The boom in social networking presents new challenges for parents.
Keeping up with teens and their social lives has always been a challenge for parents, and it's become even more challenging with the advent of social networks.
The average Facebook user has 130 friends, but a new survey by Nielsen and AOL reveals the numbers go much higher when you're talking about teens.
"Many teenagers will tell you they have 400, 500, 700 friends," says AOL Consumer Advisor Regina Lewis. "They're 15 years old. They can't possibly know all of those people. They admitted in the survey, 54 percent, that they don't personally know all of those friends."
That's one reason three quarters of the parents surveyed say they're also among their child's Facebook friends, even if their child's not crazy about it.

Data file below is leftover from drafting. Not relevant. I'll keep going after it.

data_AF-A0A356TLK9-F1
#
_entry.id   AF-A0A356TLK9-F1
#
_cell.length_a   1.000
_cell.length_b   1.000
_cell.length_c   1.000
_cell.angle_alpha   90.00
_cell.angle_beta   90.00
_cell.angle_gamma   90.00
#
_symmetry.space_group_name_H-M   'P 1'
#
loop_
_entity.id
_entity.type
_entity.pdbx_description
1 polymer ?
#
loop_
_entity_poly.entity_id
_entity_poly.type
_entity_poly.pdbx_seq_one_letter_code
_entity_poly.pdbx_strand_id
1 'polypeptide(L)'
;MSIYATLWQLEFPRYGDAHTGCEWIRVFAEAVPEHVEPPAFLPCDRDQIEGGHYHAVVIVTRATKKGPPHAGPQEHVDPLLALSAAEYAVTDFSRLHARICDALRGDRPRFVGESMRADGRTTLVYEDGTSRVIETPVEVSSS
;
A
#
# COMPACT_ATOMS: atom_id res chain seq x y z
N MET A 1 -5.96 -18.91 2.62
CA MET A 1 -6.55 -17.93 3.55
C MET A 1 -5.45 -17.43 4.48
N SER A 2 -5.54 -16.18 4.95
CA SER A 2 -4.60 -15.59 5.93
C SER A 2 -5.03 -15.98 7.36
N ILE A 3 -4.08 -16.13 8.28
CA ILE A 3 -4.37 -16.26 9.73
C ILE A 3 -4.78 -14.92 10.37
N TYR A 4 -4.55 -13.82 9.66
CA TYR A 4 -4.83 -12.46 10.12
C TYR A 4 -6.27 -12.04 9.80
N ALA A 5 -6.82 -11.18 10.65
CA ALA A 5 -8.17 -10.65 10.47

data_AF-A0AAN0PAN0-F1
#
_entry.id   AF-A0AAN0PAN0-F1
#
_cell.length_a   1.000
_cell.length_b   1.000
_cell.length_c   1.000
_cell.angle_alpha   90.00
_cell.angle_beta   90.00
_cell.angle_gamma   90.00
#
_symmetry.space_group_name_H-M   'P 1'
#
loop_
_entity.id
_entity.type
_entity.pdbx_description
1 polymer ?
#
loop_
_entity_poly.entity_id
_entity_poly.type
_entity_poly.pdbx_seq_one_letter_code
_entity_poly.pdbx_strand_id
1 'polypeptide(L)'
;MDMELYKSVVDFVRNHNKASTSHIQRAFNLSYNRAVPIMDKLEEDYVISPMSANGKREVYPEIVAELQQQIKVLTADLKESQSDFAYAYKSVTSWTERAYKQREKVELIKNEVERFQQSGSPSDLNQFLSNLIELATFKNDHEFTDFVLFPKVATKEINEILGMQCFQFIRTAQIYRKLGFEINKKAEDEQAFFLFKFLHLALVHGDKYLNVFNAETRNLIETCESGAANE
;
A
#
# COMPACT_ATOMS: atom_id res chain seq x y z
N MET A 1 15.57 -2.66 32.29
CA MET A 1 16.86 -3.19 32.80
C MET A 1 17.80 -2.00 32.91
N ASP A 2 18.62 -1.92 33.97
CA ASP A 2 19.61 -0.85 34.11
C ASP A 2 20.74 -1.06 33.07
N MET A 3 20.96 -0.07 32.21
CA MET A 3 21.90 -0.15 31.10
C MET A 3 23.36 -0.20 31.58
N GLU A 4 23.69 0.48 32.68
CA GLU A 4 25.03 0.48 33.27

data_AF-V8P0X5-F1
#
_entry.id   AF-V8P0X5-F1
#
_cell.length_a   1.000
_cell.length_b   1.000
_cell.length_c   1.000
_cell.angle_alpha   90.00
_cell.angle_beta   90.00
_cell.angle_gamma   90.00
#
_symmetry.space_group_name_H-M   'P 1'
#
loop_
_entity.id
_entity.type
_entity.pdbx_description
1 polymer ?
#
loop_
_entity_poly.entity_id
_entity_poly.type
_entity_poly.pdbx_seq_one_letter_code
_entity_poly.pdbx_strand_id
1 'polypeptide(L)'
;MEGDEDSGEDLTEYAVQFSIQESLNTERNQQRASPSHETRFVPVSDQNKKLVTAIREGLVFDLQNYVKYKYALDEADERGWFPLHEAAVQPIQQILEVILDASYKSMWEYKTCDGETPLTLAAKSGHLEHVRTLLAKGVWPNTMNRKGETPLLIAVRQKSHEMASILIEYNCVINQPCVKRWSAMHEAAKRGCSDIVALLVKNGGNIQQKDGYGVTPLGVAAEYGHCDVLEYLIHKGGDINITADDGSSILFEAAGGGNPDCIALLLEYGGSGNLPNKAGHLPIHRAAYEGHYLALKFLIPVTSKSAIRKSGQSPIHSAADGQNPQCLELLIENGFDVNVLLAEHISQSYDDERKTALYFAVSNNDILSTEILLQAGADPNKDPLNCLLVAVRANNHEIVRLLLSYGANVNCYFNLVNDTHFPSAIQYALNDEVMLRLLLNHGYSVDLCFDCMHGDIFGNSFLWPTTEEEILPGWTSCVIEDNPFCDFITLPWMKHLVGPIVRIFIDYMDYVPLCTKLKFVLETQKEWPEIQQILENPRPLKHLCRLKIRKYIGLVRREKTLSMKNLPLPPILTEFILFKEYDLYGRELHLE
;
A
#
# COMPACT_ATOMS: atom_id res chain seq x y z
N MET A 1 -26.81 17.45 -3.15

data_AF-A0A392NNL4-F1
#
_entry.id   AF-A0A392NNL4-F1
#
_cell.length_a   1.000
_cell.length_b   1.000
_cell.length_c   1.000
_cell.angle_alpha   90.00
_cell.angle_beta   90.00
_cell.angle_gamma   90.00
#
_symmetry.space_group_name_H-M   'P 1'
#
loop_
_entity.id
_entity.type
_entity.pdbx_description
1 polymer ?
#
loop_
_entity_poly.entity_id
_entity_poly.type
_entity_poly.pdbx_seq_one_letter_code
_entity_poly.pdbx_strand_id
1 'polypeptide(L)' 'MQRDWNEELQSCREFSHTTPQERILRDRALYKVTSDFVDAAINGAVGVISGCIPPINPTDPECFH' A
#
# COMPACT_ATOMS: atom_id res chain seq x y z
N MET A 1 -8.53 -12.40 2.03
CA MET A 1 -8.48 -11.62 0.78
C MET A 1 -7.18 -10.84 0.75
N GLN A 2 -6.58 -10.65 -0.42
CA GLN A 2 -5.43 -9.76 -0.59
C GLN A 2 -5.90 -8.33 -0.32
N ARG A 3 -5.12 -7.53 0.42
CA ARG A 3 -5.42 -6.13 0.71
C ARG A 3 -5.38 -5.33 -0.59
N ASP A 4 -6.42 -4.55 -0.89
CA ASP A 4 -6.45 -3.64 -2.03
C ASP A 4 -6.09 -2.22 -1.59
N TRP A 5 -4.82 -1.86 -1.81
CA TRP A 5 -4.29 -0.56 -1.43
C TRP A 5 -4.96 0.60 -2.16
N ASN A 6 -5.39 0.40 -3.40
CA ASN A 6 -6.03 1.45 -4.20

Many "friended" parents agree not to post comments on their children's Facebook pages, but they still monitor the activity.
25 percent check daily, while 34 percent check at least once or twice a week for things kids might not consider suspicious, like friends with no mutual friends.
Another 20 percent of parents say they've asked their child to 'unfriend' someone.
Almost half the time it was because of inappropriate content.
"It's better to play offense than play defense when it comes to social networking," Lewis says. "It's too integral a part of teenagers lives to ignore."
Half the parents surveyed at least think they're on top of it.
Some parents monitor their kids' online activity by simply looking at everything on their social networking sites, but there are also numerous software products and online services to help
parents do the job.
Products such as Webwatcher, Social Shield, Safe Social and one with the lengthy name of "Gogostat Parental Guidance" are among the many monitoring options to choose from.